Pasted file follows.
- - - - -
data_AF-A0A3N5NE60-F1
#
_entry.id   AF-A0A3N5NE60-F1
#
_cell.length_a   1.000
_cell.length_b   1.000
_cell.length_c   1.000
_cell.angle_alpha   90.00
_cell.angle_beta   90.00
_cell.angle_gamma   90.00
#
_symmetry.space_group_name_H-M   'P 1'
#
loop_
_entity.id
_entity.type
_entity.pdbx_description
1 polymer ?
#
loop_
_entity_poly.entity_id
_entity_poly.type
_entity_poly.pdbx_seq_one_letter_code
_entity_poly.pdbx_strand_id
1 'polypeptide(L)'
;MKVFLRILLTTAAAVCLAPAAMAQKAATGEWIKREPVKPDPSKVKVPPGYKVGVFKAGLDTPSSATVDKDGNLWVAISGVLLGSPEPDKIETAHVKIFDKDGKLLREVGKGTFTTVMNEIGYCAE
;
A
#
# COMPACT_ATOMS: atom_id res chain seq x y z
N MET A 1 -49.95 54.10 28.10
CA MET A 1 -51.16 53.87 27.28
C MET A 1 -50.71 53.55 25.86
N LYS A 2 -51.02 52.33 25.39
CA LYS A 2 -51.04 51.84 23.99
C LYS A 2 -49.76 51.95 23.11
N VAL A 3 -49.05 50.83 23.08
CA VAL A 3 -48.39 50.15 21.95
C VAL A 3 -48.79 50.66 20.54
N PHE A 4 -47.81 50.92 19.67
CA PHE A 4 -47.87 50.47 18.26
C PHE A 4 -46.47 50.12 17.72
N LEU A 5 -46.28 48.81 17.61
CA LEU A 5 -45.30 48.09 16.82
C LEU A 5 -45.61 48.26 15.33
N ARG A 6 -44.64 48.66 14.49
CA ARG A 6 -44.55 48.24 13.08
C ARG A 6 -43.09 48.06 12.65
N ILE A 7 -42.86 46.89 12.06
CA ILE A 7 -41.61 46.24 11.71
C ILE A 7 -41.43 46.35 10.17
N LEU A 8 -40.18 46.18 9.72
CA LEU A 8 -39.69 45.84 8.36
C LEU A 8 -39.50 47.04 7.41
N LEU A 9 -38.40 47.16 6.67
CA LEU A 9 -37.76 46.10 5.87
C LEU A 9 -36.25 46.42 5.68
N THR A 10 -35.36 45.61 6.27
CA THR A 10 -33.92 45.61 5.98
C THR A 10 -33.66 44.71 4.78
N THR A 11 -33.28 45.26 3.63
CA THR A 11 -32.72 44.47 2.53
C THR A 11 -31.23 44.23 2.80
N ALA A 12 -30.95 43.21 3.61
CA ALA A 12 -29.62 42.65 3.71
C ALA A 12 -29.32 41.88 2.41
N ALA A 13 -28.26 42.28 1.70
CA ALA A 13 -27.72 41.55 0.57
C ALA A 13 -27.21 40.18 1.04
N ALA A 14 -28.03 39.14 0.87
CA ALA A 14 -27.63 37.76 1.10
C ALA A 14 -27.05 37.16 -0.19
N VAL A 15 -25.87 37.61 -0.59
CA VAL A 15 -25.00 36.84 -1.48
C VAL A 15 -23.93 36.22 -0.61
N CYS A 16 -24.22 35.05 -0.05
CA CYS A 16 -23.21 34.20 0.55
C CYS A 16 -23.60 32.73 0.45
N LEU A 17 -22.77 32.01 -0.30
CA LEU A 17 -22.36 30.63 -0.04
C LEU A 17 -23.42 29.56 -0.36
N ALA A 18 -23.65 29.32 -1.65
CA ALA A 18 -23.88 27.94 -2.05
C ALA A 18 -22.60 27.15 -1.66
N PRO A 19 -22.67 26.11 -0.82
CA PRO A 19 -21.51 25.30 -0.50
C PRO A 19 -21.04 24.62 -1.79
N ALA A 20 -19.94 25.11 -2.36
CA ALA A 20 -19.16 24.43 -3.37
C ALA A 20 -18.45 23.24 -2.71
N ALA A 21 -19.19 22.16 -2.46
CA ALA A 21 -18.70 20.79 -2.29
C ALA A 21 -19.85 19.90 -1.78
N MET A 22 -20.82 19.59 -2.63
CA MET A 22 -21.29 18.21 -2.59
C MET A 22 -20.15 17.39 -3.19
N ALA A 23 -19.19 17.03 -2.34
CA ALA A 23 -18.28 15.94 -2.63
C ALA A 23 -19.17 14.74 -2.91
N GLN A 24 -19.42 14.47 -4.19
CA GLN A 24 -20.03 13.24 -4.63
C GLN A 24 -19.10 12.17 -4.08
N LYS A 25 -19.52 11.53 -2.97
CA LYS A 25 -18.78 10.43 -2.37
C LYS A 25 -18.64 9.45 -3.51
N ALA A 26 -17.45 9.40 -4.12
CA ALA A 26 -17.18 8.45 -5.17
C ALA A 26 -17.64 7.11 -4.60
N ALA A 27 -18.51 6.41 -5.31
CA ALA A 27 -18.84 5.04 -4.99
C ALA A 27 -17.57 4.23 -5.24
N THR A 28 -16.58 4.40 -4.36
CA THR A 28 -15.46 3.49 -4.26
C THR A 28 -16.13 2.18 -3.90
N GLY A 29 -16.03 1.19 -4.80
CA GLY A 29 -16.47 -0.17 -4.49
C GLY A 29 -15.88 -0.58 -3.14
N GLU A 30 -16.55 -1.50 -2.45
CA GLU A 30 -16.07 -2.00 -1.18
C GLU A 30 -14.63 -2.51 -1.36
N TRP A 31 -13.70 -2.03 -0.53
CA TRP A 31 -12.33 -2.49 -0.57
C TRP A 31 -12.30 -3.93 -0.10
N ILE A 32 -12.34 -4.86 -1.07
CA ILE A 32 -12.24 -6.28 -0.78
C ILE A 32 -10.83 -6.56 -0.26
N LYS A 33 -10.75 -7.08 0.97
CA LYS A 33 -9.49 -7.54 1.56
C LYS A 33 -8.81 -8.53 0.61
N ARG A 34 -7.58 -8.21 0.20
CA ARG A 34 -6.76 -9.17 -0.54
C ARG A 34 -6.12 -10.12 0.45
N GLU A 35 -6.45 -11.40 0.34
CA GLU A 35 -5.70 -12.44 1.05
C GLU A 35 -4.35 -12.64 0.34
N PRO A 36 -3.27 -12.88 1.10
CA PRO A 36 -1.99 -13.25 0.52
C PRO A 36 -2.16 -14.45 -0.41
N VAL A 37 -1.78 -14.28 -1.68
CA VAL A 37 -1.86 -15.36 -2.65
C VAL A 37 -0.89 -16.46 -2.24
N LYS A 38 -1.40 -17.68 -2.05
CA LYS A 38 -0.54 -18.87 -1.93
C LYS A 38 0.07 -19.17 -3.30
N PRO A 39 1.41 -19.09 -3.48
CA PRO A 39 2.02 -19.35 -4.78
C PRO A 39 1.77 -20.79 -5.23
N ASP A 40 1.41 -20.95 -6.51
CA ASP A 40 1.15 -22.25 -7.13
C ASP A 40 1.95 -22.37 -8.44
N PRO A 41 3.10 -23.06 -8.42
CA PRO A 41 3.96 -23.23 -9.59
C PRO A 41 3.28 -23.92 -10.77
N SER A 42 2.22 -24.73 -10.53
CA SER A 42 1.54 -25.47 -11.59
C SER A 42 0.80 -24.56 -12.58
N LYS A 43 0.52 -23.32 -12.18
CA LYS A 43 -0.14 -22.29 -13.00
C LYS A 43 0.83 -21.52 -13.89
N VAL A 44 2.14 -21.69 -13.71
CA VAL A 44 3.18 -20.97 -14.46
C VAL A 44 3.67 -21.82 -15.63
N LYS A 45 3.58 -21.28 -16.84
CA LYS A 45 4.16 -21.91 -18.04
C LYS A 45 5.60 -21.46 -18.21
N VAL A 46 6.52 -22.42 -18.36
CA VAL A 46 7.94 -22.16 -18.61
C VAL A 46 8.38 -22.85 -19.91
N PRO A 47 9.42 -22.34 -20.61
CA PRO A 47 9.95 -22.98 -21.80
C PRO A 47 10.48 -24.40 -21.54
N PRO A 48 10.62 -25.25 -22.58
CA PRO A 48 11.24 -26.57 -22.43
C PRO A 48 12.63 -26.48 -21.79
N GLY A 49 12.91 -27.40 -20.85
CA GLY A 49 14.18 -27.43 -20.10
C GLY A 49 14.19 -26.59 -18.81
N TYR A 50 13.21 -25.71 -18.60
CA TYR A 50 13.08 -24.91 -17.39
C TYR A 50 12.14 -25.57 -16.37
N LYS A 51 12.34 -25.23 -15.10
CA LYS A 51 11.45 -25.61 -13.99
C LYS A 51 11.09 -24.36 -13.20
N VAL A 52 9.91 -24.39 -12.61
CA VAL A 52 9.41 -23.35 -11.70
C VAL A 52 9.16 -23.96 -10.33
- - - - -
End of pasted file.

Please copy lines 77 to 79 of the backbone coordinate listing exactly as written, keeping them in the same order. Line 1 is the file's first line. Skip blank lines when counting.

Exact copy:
CA CYS A 16 -23.21 34.20 0.55
C CYS A 16 -23.60 32.73 0.45
N LEU A 17 -22.77 32.01 -0.30